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6 Lies About Buckets You Can Tell Your Dumb Aunt This Thanksgiving

If this is how you want to spend your Thanksgiving, here are some lies about buckets you can try out on your aunt who is a little slow on the uptake.

1. “Bucket” is one of those trademarked product names that’s been co-opted as a generic term: Explain to your dense aunt that it’s one of those brand names like Band-Aid or Kleenex or Q-tip that has gradually, over time, evolved into a universal blanket term for similar products. She’s got no reason to ever bring this up and be corrected, so she’ll probably spend the whole rest of her life thinking this. Way to go.

2. The circumference ratio of the top and bottom of a bucket is identical to the circumference ratio of the moon and the sun: This one might seem extremely far-fetched, but trust us, your aunt’s not smart enough to pick up on that. Remember, she did go all-in on the Cutco knives marketing system, so getting her on board with this bucket whopper shouldn’t be that tough.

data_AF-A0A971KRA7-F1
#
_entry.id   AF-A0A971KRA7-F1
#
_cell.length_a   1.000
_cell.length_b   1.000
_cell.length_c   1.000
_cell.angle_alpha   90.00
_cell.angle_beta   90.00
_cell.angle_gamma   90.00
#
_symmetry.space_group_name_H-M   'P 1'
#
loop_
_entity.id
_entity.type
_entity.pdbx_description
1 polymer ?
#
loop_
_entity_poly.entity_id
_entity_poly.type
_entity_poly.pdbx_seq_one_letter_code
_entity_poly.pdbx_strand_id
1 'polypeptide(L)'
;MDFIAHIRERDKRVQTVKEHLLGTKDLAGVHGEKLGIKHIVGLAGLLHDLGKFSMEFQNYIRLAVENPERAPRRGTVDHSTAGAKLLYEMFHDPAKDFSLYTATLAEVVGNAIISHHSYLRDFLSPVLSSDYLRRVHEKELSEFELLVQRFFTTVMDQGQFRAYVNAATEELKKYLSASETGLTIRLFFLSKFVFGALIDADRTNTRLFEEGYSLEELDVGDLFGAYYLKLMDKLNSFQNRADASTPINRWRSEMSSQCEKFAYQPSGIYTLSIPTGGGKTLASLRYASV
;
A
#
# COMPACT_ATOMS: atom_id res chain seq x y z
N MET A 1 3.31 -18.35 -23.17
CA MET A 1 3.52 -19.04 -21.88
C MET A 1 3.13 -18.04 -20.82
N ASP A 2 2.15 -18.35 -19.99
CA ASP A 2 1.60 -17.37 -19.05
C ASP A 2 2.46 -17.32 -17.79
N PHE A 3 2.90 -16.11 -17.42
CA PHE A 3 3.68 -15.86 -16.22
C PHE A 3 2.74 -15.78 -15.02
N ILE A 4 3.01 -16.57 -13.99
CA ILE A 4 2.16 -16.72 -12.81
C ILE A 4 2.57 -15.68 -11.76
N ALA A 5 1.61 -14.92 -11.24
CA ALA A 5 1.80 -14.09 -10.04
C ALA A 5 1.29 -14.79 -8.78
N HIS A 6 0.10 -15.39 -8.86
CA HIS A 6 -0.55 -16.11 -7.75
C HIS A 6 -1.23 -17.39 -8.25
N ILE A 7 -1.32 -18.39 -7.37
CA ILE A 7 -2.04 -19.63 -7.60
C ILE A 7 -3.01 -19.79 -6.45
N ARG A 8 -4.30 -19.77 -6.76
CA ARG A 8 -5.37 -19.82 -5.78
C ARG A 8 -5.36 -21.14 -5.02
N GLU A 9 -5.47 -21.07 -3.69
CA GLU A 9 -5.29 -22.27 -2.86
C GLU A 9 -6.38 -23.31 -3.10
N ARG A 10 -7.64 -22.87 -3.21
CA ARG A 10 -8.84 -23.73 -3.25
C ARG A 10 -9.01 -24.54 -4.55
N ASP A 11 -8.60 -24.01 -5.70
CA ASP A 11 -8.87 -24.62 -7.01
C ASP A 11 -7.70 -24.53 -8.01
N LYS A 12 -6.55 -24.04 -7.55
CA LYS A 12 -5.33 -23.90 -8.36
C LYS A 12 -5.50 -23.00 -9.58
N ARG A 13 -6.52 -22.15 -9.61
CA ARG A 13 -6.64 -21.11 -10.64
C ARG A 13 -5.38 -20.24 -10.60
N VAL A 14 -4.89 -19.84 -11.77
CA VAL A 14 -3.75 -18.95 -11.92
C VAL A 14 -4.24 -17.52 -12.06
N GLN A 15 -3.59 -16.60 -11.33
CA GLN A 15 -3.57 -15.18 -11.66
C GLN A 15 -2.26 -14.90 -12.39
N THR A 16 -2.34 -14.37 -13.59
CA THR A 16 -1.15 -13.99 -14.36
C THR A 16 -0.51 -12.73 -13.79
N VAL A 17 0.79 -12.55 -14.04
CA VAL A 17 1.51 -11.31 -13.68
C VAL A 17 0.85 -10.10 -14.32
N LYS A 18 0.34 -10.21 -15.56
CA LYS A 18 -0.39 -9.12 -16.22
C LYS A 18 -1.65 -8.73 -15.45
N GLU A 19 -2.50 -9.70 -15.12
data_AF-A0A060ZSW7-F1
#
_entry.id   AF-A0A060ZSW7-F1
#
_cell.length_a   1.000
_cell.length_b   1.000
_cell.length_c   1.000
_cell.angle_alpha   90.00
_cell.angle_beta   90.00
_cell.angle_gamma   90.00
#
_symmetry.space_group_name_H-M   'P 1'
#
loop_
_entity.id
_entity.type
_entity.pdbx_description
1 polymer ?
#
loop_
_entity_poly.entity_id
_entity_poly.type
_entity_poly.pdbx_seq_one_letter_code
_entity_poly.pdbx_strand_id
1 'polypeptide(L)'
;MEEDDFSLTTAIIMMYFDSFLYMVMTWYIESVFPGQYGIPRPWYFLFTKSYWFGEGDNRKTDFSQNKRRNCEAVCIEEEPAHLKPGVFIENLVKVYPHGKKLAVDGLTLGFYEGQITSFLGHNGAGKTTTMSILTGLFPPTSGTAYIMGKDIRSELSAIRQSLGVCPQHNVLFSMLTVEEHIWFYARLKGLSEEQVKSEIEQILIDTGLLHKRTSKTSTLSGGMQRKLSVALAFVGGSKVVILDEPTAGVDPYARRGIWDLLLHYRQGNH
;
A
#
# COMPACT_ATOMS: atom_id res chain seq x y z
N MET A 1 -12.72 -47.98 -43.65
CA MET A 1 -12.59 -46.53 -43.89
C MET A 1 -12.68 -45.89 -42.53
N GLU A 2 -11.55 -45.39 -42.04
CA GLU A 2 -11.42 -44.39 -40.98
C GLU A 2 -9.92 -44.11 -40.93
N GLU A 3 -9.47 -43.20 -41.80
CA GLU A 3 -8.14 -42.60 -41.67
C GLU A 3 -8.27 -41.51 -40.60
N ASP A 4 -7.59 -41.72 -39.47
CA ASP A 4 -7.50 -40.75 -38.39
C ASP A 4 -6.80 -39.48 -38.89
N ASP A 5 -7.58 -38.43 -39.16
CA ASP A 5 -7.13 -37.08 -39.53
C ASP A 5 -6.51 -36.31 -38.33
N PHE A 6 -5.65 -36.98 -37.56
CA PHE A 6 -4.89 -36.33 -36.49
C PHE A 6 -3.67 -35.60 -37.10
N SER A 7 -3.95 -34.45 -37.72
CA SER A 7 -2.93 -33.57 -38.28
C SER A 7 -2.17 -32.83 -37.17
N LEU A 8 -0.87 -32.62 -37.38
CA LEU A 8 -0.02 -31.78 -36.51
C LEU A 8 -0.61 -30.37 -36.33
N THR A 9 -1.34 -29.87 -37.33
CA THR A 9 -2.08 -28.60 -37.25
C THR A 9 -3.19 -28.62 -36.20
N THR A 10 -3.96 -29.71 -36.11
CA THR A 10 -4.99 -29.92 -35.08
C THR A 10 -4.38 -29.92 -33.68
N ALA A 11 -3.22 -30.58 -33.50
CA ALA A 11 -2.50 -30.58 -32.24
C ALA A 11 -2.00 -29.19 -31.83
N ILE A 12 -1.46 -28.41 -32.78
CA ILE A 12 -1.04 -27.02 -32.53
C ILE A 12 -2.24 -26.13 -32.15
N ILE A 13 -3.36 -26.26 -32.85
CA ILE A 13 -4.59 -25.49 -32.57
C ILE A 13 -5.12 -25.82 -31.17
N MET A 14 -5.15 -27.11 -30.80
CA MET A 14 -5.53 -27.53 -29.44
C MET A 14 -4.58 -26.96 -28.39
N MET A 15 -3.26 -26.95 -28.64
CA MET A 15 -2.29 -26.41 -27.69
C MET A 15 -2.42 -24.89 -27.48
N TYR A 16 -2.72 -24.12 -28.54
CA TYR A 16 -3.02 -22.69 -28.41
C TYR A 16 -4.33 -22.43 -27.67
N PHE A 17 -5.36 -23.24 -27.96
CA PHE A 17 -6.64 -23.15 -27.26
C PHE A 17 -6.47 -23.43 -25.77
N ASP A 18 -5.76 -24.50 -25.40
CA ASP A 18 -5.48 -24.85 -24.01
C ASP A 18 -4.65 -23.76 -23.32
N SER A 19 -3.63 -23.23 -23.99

3. The first bucket was invented in 1971 to hold Richard Nixon’s sweat: Buckets have been around for a very long time, but considering how many screws your aunt has loose, it will be very easy to convince her that the first bucket was invented in the ’70s after the Secret Service decided it needed a place to hold the sweat of President Richard Nixon. All you need to do is tell her that you read this someplace like Bucket Facts Magazine, and she will think this is gospel.

4. When a small bucket fits inside a larger bucket, it’s two buckets. When the larger bucket fits inside the smaller bucket, it’s one bucket: You could ask your aunt about her refrigerator-magnet-making hobby, or you could watch her synapses parse this one out. It’s really your call.

5. Once you flip a bucket, you need a new one: Saying something like, “Once it’s upside down, you can’t put anything in it, so it’s no good!” will probably do the trick. Maybe your aunt did too much LSD in her twenties or something? Definitely something going on there.

6. “Bucket” is a combination of the words “buckle” and “basket”: There is an opportunity to double down on this lie by saying that the handles on buckets originally had buckles on them, hence the portmanteau of “buckle” and “basket,” but it’s probably unnecessary. Your batty old aunt who has married four different con men and one of them twice needs no convincing.